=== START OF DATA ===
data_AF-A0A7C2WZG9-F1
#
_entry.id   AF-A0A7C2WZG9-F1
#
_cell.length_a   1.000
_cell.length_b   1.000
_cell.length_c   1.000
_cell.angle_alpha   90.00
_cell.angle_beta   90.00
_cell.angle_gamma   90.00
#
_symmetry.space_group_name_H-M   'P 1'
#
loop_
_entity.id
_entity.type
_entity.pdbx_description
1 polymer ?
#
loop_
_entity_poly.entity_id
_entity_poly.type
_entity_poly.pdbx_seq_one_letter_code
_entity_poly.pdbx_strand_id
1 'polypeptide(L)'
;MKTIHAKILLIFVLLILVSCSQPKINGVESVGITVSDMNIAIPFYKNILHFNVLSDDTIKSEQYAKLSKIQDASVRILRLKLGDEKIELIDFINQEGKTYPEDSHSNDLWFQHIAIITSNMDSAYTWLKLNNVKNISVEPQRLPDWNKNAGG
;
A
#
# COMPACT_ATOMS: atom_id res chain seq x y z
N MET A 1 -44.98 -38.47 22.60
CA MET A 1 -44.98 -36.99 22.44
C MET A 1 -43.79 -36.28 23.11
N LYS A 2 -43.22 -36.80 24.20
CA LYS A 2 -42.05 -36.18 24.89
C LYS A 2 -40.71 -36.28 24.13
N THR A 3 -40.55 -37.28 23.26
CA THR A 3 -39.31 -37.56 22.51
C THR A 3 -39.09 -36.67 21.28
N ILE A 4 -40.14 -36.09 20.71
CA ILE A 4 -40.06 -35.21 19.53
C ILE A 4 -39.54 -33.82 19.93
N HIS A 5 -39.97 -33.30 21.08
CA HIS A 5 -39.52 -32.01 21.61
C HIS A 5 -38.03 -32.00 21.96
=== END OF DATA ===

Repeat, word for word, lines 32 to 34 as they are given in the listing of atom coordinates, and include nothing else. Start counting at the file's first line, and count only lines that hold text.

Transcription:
CA MET A 1 -44.98 -36.99 22.44
C MET A 1 -43.79 -36.28 23.11
N LYS A 2 -43.22 -36.80 24.20